The rifle is a single-shot, but it has made me concentrate on getting my ranges correct, knowing what wind adjustments to make, and generally staying focussed on not missing shots, not being seen, smelled, and so forth. Having been brought up as a bench-rest shooter, I guess I just don't know any other way, although an AR-15 setup is intriguing. Unfortunately, those types of "assault rifles" are not legal in my home state of California.....or at least I don't know how to get around the law. I could purchase one in Arizona, but I am so used to using what I have now that it might be money wasted.

    I'll check to see what the twist is. If it is 1:12, I could choose some of the bullets you have suggested. I had loaded 1,000 rounds, using 33 grains of H4895 to push the 55-grain Noslers. As I mentioned, I didn't know better, being a new reloader at the time. There has been minimal chamber erosion, and the accuracy is almost as good as when the gun was new. When using it for ground squirrels, I was always aware of excessive barrel heat and cleaned the barrel every 20 shots, so maybe that had something to do with accuracy retention. Of course, the Hart barrel had something to do with it in my opinion.

    Barry
     
  10. Trickymissfit

    Trickymissfit Well-Known Member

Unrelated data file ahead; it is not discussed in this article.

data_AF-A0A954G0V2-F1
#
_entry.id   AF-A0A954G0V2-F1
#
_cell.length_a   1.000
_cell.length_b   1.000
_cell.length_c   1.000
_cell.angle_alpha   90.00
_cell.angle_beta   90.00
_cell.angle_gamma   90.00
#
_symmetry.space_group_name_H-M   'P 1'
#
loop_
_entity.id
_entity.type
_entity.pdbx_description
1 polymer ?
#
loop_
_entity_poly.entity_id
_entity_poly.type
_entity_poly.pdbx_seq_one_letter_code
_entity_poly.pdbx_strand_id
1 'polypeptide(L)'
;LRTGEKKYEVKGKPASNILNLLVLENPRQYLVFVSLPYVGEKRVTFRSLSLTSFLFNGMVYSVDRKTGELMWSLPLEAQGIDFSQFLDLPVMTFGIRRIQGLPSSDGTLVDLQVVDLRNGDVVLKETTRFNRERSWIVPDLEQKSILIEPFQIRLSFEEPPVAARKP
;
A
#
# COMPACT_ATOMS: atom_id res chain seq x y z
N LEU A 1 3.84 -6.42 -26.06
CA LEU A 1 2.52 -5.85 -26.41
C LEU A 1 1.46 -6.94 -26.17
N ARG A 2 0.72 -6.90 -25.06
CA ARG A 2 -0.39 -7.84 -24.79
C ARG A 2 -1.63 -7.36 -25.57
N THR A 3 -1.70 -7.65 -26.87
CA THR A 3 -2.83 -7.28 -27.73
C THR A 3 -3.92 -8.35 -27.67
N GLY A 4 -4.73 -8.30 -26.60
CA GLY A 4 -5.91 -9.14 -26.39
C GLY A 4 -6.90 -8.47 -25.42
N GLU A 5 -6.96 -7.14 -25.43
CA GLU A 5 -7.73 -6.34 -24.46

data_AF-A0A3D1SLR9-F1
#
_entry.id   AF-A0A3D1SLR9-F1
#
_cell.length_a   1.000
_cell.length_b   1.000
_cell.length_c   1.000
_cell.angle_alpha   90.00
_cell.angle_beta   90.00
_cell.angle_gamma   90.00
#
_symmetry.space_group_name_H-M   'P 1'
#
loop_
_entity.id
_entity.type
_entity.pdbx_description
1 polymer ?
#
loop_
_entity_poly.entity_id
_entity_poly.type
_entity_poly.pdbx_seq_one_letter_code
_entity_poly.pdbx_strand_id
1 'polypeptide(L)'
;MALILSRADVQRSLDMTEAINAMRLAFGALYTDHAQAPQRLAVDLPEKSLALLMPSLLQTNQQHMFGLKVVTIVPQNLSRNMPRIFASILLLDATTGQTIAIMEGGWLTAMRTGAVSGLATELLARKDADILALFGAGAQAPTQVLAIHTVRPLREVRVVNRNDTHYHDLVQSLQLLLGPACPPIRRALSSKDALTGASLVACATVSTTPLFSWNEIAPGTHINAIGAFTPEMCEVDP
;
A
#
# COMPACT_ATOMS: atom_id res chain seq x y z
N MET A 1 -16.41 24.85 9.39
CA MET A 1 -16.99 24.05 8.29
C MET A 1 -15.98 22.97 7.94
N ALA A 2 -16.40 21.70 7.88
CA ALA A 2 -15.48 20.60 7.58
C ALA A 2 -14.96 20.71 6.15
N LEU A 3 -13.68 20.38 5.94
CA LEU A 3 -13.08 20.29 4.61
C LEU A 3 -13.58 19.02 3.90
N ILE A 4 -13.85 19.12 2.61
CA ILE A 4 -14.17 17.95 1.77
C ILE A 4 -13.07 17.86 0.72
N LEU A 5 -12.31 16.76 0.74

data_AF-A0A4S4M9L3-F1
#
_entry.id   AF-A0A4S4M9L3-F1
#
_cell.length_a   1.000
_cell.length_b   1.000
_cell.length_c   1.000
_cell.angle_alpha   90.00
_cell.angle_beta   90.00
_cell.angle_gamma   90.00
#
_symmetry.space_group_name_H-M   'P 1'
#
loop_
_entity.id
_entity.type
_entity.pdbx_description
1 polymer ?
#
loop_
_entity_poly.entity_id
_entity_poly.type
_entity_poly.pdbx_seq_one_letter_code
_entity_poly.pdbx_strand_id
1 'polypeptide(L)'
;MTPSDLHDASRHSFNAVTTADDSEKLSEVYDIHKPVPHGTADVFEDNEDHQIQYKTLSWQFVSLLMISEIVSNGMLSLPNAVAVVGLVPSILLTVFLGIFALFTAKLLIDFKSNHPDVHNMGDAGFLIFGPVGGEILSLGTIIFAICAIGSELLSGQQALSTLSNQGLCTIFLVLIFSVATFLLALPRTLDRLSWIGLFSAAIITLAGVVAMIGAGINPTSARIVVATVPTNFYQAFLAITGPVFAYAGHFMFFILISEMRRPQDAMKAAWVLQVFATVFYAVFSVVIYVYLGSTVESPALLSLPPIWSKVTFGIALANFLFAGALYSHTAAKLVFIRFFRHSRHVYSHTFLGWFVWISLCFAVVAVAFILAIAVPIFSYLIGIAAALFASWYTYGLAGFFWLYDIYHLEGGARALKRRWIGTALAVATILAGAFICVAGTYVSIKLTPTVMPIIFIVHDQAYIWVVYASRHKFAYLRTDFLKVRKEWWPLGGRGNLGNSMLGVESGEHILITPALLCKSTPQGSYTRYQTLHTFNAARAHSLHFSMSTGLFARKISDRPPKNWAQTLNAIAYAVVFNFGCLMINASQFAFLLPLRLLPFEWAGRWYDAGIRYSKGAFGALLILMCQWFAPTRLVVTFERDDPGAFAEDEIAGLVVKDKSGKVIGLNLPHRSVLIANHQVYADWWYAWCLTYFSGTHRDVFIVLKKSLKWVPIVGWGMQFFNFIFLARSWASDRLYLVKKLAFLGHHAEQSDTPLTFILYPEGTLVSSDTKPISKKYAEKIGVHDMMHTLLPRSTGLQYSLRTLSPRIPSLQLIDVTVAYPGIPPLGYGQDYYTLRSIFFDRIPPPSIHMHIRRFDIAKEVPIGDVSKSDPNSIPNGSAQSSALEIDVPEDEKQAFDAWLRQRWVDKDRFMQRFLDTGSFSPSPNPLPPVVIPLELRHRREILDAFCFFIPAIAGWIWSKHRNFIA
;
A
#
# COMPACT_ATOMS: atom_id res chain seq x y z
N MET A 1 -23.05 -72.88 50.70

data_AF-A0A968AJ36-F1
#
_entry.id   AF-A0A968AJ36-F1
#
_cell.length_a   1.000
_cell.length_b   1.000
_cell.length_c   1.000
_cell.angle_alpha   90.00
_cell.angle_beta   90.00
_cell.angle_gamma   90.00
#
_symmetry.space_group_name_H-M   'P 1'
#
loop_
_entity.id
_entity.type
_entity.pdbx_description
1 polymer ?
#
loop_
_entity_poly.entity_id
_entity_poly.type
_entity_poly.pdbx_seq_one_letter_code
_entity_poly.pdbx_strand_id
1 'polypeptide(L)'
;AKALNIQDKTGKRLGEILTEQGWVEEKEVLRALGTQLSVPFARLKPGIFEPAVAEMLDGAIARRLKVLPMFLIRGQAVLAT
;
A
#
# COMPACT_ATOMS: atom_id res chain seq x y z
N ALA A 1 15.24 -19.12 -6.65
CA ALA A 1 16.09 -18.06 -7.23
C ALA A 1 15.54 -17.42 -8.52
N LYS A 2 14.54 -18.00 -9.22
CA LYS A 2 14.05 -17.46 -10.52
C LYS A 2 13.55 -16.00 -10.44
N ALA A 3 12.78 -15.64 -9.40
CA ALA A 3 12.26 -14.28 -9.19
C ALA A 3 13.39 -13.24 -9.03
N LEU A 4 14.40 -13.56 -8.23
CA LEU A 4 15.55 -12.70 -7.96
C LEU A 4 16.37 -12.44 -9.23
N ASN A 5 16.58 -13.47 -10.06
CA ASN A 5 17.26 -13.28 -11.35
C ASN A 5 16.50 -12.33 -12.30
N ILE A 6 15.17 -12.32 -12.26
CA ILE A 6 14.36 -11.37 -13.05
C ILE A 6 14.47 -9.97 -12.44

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    I don't know if you picked up on the part where I stated that I was in the camp that felt that the gyroscopic effect was more important than anything else. I chased the spin envelope for years, and results were fair, but also never got over the top. Walt said that he felt it took 179K rpm to stabalize a VLD bullet on impact, and the idea worked fairly well in my eyes, but never produced those bug hole groups I so much sought after. Yet shortly after that statement it was also discovered that a bullet with a .0001 displacement in it's C/G would also be about .093" out of the place of aim. But even more critcle was the fact that the faster you spun the bullet the further this displacement was down range. (this was about the time I decided it was time to start all over.) After a few conversations with the Fairland bunch I soon learned that I was operating on another planet, and the bullet shape and correct rifeling was far more important. Later I learned from some folks that make bullets about a couple of formulas they work with, and how to use them. (keep in mind I'm still a novice with this concept). I now know that over stabalization is just as bad as understabalization when it comes to group size. But even then they all operate in a window that seems always to be there. Most benchrest shooters now are using these formulas that came from the bullet makers in the first place. But I also have noticed that many folks operate with a different set of numbers, but use the same bullets. (I think this is to further confuse my old brain)